In 1989, the year Marketplace first went on the air, the average cost for a year of a private, four-year college was $11,474 for tuition, room and board. If those costs had risen only with inflation, the average price would be $22,045 these days. According to the College Board, the actual cost for the 2013–2014 academic year was $40,917. We plan to dig deeper into the cost of higher ed later this fall in our inflation series.
I am currently paying for two college tuitions, so I find the subject too grim to discuss right now. And when I am feeling down, there’s nothing like something on a bagel to cheer me up. Something like smoked salmon.
We are conditioned to assume that everything gets more expensive over time. However, that is not necessarily the case, which is why silky, red-orange fish comes to mind. When I was a kid, my family treated smoked salmon like it was caviar. Somebody would bring back from the deli just an eighth of a pound, which we would carefully apportion as morsels on the bagel like scraps of gold leaf. The cream cheese completely overwhelmed the salmon. These days the cream cheese has lost the battle. There is a place near me where you can get a fresh, toasted bagel with a good three-quarters-of-an-inch slab of smoked salmon for $6.50.
What has changed? In part, aquaculture. A fisheries economist tells me that more than half of the fish the world eats now is, essentially, farmed. In the last 25 years, countries from Scotland to Chile have taken to large-scale-farming the salmon that become smoked salmon. Fish farming can have an environmental cost, and done poorly the practice is unsustainable and can hurt the wild salmon fishery. Yet there is no doubt the practice has altered the wholesale and retail markets. For a time, prices dropped and smoked-salmon sandwiches got a lot thicker.
But the story of smoked salmon does not end there. There is salmon production and there is salmon consumption. Around the world people have developed a taste for the stuff, nowhere more so than in China with its burgeoning middle-class. All this demand could have put smoked salmon back into caviar class.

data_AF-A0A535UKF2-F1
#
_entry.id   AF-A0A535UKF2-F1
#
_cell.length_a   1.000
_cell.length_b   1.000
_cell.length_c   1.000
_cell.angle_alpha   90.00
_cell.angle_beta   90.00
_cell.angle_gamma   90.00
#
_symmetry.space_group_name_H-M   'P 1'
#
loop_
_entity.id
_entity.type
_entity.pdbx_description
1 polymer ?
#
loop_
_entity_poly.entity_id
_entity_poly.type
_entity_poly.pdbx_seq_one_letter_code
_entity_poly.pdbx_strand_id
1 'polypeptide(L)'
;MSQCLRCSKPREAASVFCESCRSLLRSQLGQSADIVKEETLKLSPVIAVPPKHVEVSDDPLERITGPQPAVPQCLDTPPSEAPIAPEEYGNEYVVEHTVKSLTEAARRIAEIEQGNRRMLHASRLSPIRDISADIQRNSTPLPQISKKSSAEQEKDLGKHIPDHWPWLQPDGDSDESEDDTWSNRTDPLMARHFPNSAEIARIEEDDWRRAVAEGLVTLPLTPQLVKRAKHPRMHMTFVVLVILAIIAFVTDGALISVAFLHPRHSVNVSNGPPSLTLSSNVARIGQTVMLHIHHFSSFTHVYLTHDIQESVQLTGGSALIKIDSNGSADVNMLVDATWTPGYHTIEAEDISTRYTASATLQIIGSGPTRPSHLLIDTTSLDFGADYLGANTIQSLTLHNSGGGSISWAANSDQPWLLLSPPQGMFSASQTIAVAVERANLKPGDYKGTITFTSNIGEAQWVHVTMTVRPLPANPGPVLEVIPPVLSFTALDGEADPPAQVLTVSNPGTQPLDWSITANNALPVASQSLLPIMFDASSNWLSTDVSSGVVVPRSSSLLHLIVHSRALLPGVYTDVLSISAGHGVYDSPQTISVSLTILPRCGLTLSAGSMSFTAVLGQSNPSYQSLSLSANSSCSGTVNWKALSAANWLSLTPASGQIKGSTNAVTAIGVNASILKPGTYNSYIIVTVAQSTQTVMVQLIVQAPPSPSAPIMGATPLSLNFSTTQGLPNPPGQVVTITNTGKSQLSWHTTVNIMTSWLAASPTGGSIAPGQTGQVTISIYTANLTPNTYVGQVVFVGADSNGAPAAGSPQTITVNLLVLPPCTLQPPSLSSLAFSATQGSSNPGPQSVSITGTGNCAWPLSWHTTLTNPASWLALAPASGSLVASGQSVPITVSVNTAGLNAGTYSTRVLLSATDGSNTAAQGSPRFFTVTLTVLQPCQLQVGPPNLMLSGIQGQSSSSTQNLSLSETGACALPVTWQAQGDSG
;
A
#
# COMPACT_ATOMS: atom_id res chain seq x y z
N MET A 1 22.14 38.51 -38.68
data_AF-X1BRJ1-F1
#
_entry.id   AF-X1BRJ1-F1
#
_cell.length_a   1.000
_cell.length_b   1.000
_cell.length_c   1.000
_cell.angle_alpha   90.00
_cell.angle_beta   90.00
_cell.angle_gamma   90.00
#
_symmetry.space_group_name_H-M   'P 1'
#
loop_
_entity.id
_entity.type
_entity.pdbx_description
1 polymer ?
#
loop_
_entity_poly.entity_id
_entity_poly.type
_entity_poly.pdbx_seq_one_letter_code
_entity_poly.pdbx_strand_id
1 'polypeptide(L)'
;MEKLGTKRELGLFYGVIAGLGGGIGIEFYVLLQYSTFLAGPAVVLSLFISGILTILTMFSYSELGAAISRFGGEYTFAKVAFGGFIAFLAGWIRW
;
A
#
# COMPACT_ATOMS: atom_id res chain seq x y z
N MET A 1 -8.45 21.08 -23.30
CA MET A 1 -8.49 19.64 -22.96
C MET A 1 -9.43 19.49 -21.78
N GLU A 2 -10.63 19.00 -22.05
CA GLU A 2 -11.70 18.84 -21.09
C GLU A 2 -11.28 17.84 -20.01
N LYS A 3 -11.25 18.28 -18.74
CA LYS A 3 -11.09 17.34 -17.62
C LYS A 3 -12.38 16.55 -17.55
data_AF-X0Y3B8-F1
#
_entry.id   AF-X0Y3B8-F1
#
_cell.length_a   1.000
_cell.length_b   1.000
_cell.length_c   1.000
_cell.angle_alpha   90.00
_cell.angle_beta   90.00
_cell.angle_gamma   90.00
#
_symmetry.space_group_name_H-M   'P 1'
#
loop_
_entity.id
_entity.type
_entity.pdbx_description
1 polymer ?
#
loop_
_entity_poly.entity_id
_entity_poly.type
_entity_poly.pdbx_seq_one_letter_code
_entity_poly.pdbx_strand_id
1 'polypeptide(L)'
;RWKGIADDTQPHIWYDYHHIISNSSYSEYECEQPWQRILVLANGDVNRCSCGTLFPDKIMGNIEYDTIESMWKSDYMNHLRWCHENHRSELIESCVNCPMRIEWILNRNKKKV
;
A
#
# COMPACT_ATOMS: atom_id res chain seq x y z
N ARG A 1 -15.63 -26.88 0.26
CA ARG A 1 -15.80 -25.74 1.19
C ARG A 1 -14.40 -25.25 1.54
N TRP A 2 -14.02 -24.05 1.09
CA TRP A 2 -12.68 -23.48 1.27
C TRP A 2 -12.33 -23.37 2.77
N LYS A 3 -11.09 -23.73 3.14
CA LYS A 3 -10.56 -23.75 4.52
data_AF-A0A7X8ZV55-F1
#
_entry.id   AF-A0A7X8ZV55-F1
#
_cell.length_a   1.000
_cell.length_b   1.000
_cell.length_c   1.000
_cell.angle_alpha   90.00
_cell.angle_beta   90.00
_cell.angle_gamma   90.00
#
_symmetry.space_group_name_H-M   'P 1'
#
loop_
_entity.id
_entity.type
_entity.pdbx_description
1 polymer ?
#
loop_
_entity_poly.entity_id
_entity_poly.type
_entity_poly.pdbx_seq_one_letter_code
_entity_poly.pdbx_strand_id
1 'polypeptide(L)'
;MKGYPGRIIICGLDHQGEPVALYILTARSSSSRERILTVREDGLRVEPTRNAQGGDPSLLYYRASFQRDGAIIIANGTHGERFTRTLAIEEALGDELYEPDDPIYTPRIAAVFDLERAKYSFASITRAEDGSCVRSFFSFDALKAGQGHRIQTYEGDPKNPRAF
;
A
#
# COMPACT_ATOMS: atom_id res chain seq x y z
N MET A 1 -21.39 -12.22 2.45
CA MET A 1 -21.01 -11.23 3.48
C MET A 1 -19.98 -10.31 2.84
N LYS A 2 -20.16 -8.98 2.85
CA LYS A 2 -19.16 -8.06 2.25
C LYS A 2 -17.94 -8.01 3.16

One man who knows is Saul Zabar, president of New York City’s legendary grocery Zabar’s. Saul figures he sells about 2,000 pounds of smoked salmon a week. That’s, literally, a ton. He sees the gradual shift from wild salmon to farmed helping to keep prices under control.
“The fact that we have farmed salmon has kept the product at a reasonable level so that it’s available to the people who are not wealthy,” said Zabar. “It’s kept it as a middle-class product, which is great. It’s enabled us to sell product to a wide variety of people, where if it had remained wild, it would be only available to people who have the means to buy it.”
Zabar couldn’t remember what he was charging for smoked salmon 25 years ago. However, I did find a New York Magazine from that year that mentioned a Zabar’s sale price: $15.95 a pound, Scotch salmon, pre-sliced. That’s like $30.65 today. And what is Saul actually charging today, routinely, no special sale? $23.95 a pound. In real terms, that’s a 22 percent decline in 25 years.
Also interesting is why the price hasn’t come down further at Zabar’s. Saul told us his prices have to reflect not just the wholesale price of the salmon, but his other costs. He owns his famous building, so that’s not the problem. He does single out what he has to pay for health care for his employees. Now that’s a whole other kettle of fish where deflation has certainly not been the trend.
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